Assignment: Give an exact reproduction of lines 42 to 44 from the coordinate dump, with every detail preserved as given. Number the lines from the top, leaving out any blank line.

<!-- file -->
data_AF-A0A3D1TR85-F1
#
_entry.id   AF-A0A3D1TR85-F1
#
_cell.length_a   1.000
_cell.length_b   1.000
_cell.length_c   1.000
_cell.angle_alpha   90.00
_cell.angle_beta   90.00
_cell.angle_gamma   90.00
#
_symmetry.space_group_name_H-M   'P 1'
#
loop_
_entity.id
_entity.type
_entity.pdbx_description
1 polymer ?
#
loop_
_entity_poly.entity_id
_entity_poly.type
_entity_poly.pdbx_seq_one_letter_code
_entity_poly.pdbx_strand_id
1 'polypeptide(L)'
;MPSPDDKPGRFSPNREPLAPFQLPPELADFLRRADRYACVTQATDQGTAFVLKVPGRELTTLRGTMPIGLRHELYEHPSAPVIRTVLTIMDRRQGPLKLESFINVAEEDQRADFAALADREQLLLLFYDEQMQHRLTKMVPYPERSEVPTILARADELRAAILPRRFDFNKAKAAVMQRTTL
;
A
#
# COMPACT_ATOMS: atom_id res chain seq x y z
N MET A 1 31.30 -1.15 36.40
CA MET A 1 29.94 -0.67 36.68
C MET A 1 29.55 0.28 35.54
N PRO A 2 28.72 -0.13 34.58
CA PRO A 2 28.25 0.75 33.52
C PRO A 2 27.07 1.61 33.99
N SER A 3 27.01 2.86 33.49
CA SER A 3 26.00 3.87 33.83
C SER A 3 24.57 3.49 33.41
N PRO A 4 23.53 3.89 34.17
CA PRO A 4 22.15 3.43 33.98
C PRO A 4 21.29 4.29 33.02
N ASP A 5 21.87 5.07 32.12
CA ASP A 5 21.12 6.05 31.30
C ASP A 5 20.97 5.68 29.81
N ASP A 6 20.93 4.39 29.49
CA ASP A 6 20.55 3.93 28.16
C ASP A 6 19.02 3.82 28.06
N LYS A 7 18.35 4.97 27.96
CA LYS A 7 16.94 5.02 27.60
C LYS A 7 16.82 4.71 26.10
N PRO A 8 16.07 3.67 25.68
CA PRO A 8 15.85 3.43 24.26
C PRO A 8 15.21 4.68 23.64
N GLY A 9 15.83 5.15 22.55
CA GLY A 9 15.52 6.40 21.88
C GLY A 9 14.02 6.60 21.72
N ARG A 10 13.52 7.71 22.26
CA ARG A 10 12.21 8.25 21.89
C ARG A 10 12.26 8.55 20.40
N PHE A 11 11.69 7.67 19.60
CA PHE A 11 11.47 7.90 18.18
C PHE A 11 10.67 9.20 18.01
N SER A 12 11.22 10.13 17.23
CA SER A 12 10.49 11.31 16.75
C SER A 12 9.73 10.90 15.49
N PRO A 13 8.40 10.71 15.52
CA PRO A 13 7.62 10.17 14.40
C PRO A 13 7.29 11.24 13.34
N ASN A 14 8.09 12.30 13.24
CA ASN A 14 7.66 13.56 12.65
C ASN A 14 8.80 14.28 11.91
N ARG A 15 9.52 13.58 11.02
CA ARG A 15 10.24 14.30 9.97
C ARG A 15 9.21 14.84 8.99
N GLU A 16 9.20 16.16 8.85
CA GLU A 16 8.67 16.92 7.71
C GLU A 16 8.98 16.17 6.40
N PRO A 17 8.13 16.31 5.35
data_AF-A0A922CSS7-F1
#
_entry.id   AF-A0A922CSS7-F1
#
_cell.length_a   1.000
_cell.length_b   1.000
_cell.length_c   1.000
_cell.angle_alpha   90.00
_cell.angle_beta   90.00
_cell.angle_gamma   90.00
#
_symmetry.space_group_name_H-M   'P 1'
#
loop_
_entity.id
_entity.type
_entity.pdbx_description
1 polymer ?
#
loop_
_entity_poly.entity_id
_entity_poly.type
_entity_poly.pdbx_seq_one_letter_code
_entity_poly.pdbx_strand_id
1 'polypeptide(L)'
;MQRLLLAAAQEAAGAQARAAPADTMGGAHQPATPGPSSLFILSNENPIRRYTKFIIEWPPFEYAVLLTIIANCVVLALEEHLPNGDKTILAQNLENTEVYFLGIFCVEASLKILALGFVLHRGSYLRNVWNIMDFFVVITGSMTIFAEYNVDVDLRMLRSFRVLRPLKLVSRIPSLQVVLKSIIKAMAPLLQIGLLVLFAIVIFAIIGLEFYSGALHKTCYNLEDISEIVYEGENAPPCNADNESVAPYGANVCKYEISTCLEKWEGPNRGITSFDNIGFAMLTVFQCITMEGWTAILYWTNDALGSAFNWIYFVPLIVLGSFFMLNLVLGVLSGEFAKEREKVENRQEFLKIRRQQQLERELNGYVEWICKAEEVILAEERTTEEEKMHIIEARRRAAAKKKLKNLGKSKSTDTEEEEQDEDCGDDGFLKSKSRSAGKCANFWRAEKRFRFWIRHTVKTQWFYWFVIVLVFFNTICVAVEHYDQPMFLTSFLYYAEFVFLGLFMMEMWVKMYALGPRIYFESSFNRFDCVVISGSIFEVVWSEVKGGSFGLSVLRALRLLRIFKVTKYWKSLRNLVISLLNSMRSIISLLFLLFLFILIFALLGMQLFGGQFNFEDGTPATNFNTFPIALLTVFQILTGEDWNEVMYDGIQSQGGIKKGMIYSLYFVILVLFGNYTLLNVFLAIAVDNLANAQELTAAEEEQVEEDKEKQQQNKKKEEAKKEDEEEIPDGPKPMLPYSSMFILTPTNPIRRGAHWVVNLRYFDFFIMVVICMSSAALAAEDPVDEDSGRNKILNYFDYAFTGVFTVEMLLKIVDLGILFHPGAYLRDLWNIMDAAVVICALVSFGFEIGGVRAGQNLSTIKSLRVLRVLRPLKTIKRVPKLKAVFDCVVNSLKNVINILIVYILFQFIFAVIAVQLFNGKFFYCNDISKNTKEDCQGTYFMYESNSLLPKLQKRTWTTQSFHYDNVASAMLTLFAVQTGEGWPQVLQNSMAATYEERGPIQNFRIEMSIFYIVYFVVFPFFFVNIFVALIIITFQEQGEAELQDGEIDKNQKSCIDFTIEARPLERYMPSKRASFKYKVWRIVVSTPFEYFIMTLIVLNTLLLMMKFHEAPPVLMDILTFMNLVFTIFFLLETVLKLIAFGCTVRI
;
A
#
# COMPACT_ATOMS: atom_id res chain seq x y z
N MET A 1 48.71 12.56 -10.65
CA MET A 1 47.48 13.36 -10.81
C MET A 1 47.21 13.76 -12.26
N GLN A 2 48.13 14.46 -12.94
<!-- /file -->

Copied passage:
C PRO A 4 21.29 4.29 33.02
N ASP A 5 21.87 5.07 32.12
CA ASP A 5 21.12 6.05 31.30